by Scott McClallen
Theoretically, taxpayers should be able to see how Michigan schools are spending $5.7 billion of taxpayer money to recover from COVID-19-related learning loss.
But an investigation by The Center Square through more than 80 records requests to schools statewide shows how difficult it can be to obtain itemized COVID spending records. Many schools never responded to an initial Freedom of Information Act request.
Twenty schools provided records for free by fulfilling a records request or posting expenditures online. Four schools have charged for documents so far, while other schools have extended requests by 10 business days and are still compiling information.
Flint Community Schools received $156 million of COVID relief but hasn’t yet fulfilled a request for COVID spending records.
FCS responded to a records request filed on Aug. 11, 2022, saying, “We are currently unable to fulfill this request,” FOIA coordinator Rebecca Fisher wrote in an email. “The previous employee that held this position did not leave the requests for me to refer back to. We are working on trying to recover those requests.”
FCS is working on a new request as of Sept 19, 2022.
The Lansing School District received $107 million in COVID relief but has partially denied records requests, citing security concerns. It provided some records, but TCS is seeking complete spending records.
In an April 2022 memo, LSD says it will use the Elementary and Secondary School Emergency Relief III funding to maintain and add services to address student learning loss. That includes enacting “[d]aily rapid testing and a COVID Response Team of certified nurses to monitor all our schools,” the memo said. “The funds have allowed for Medical Assistants to help with contact tracing, testing, training, and response to positive COVID Tests. PPE, air purifiers, air purification systems to assist with sanitizing and mitigation.”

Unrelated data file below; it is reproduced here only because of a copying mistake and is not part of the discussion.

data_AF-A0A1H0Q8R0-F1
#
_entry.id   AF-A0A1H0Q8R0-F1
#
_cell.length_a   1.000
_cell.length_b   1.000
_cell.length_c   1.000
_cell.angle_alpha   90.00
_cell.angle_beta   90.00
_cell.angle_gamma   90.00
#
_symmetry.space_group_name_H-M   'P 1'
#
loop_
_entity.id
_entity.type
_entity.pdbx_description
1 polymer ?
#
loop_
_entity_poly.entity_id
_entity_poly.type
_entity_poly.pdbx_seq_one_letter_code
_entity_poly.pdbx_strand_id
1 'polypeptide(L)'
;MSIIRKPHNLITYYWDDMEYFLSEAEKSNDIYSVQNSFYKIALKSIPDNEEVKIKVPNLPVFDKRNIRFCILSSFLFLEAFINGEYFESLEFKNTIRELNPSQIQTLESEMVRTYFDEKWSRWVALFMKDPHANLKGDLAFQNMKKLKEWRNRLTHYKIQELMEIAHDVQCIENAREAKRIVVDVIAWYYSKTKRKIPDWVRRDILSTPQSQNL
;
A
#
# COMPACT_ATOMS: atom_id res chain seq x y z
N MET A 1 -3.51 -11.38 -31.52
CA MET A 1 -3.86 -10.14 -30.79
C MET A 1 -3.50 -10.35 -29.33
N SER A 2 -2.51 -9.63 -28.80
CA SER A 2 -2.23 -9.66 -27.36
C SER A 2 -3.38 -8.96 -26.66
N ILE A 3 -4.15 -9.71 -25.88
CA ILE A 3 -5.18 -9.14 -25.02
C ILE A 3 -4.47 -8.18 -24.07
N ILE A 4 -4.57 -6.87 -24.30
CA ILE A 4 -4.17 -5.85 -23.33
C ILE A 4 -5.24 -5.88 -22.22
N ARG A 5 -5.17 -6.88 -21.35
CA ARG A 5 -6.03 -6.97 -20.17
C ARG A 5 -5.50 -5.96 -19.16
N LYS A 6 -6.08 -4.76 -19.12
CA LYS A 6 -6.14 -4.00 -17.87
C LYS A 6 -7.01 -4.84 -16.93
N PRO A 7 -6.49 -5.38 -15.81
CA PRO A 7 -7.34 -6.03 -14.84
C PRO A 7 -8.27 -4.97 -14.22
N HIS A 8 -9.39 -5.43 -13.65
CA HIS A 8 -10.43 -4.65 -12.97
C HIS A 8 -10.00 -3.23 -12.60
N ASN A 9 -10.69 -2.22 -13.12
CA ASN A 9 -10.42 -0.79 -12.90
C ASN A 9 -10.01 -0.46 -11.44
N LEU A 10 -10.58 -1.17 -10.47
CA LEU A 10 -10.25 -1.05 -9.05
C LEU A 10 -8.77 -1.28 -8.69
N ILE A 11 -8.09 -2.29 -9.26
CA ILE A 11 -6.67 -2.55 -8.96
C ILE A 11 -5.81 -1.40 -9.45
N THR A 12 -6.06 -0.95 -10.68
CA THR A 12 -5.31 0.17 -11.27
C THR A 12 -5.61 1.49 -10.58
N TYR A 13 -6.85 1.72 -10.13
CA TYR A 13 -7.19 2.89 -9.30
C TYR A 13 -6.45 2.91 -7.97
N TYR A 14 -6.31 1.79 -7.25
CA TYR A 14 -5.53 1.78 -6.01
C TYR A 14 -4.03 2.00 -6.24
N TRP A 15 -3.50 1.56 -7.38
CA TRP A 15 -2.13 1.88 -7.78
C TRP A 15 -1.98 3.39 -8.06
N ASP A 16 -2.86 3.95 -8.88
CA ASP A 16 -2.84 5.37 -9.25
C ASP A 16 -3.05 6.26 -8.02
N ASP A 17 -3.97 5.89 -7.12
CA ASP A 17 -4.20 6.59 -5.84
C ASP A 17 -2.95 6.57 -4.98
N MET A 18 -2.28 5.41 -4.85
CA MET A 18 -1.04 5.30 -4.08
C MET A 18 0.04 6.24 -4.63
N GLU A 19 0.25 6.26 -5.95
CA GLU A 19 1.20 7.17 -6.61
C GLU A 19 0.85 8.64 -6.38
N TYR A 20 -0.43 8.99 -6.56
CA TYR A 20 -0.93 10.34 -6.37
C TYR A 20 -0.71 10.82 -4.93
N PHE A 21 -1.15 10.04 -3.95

According to its website, the district serves more than 10,000 students across 25 buildings.
“Lansing School District was one of a few districts that remained virtual all year, and came back to face to face this fall and have been addressing the needs of students and staff alike since,” the memo said.
Monroe Public Schools denied a records request seeking roughly $12 million of COVID relief but provided a general plan for spending ESSER III funds. TCS has appealed the denial and filed other requests, which will likely take weeks to process and fulfill.
MPS said community stakeholders prioritized spending relief money on five areas: staff to tutor kids, services for students with disabilities, social/emotional support training, instructional materials, and facility improvements.
“Monroe Public Schools will use funds to address the academic impact of lost instructional time by using high quality assessments to determine academic needs, implementing evidence-based interventions and practices, supporting students and families, tracking student attendance & engagement, and monitoring student academic progress to identify students who need additional assistance,” the MPS general plan said. “Targeted supports will address the immediate needs of students most impacted by the pandemic.”
MPS says it will provide many out-of-school learning opportunities to recover from learning loss, including after-school tutoring, extended learning day programs, and expanded summer school programs.
Kalamazoo Public Schools charged TCS $263 for spending records of $60 million of COVID relief. Three other schools charged under $50.
The COVID relief aimed to help kids recover from learning loss, so it’s unclear why these districts are fighting transparency.
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Scott McClallen is a staff writer covering Michigan and Minnesota for The Center Square. A graduate of Hillsdale College, his work has appeared on Forbes.com and FEE.org. Previously, he worked as a financial analyst at Pepsi.
Photo “Flint Community Schools” by Flint Community Schools.